Between Two Cultures
In the back corner of the Dakota Gallery is a bright orange shrine. The mock-altar is comprised of several tall candles surrounding a small TV that is playing a looped commercial for skin whitening soap.
Scattered around the shrine are dozens of bars of the soap that are being advertised. The clean, white walls lining the rest of the spacious room are home to videos, photography and mixed-media art, all highlighting the bicultural experience in America.
The Dakota Gallery is now home to the Biyak exhibit.
The exhibit focuses on the struggles associated with being bi-cultural by artists Jasmine Escalante and Ella Ordona. Both women moved to the United States when they were young and have grown up feeling caught between their two cultures: Filipino and American.
The exhibit is comprised of individual pieces from Escalante and Ordona, as well as one shared project – the shrine.
“It’s funny because it was just a bunch of ideas at first, but then it all kind of coalesced really nicely,” Ordana said.
For many, being bicultural means feeling split between their home culture or family’s culture, and their new American culture. The name Biyak reflects this feeling of being pulled in two different directions.
Biyak means “to split in half” in Tagalog, a language spoken in the Philippines, Escalante said.
Friday, July 1 was the opening reception for the exhibit which will run through June 30.
The Biyak exhibit has been in the works for over a year. Ordona, 28, said she and Escalante, 23, were talking about shared experiences one day, and decided to make a show.
“Growing up and seeing that we did not look like what was seen to be the ‘ideal’; just kind of wanting and trying very hard to obtain that goal, but knowing that it’s unattainable.”
Both women agreed their collaboration was their favorite piece in the show. The display is meant to be a shrine of sorts. The focus is a skin-whitening soap, which Ordona says is a problem in the Philippines.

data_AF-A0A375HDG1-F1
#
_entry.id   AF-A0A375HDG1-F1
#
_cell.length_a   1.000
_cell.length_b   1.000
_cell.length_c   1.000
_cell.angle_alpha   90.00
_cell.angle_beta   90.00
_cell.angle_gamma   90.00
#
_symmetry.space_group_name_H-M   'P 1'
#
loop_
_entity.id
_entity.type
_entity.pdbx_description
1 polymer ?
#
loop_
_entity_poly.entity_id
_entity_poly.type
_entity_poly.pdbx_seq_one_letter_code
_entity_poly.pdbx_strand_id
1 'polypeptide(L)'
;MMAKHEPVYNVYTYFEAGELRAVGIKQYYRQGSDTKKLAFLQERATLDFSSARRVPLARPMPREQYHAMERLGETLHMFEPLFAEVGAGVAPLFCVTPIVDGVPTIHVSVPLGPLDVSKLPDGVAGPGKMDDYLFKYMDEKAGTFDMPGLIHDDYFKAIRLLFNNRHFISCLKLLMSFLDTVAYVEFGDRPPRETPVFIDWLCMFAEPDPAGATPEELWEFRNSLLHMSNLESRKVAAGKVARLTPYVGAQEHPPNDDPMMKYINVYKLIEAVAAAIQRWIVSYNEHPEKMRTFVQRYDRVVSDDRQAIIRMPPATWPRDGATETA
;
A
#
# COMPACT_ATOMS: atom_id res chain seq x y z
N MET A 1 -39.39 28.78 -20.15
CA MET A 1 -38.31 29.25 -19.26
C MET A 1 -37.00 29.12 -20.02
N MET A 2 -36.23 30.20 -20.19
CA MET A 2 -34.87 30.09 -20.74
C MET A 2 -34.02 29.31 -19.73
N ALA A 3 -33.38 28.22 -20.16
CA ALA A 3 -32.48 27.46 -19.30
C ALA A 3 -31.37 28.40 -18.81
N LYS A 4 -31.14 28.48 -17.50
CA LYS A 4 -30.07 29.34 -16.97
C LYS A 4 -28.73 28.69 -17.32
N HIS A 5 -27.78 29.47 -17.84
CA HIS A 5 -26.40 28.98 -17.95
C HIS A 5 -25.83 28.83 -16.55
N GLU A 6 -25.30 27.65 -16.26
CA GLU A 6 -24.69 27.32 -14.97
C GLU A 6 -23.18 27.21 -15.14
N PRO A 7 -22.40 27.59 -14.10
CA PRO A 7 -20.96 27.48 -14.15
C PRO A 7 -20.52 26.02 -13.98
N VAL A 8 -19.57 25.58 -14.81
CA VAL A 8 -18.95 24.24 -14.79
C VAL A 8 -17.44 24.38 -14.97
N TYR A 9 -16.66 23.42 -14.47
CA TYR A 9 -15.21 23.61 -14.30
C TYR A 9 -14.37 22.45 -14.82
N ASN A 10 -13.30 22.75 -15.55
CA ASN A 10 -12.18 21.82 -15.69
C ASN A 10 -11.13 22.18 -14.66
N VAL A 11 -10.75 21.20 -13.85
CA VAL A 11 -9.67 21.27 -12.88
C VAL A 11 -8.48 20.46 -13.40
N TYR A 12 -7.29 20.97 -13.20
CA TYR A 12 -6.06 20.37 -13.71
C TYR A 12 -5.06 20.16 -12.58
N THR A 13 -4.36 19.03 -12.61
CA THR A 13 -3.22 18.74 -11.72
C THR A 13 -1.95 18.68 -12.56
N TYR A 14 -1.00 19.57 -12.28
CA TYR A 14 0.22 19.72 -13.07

“It’s huge in the Philippines, [and there are] lots of commercials for it,” Ordona said.
Ordona said many women try to whiten their skin in order to fit in better in America. She said her and Escalante’s goal was to comment on the struggle of assimilating to Western-American culture.
Matthew Morassutti, 23, said the shrine was his favorite piece at the show.
“I put on the headphones and it’s super creepy,” Morassutti said. “There’s crazy stuff that’s on TV, like ‘make your skin white and smooth.’”
Throughout the evening, the orange corner of the room was by far the most popular. People crowded around the display to see the sobering reality of the lengths people will go to in order to assimilate into a new culture.
Ordona said her own experiences were also inspiration for the piece.
“Growing up and seeing that we did not look like what was seen to be the ‘ideal’; just kind of wanting and trying very hard to obtain that goal, but knowing that it’s unattainable,” Escalante said.
For her, her art focuses heavily on the concept of identity and the idea of feeling pulled in two directions.
“I think a lot about immigration, the effects of immigration, and diaspora,” Escalante said.
Ordona also connects heavily with the concept of being stuck between two cultures.
After moving to America from the Philippines when she was 12, Ordona had to learn how to balance the two separate cultures the now was part of.
“I was back-and-forth all the time and I never felt like I fit in,” Ordona said.
Similarly, she said that her interests seemed to compete against each other. While her passion was art, her family pushed for a more science-based career path.
“My family always wanted me to be more in the science realm, so my whole life I was trying to fit into just science, not knowing that you can do both,” Ordona said. “It’s not a one or the other thing.”
She might have found a compromise; Ordona is studying art and computer science at Western.
“I’m hoping to somehow combine the two degrees,” Ordona said. “But also use it to affect change in the developing world.”
While Escalante’s passion has always been art, she wanted to avoid the art school route as much as possible.
“I was just like, ‘I need to do something that will get me money’, but I ended up just doing it anyway,” Escalante said. “I couldn’t stop it.”
Escalante graduated from Western in the spring of 2016 with her Bachelors of Fine Arts degree. She wants to continue to make art while she works toward getting her Masters.
EDITOR’S NOTE: On Wednesday, July 20, the article was published online that Jasmine Escalante moved to the United States after she was born. Jasmine Escalante did not move to the United States when she was younger. She was born in the United States after her parents emigrated to the United States. 7/20/2016.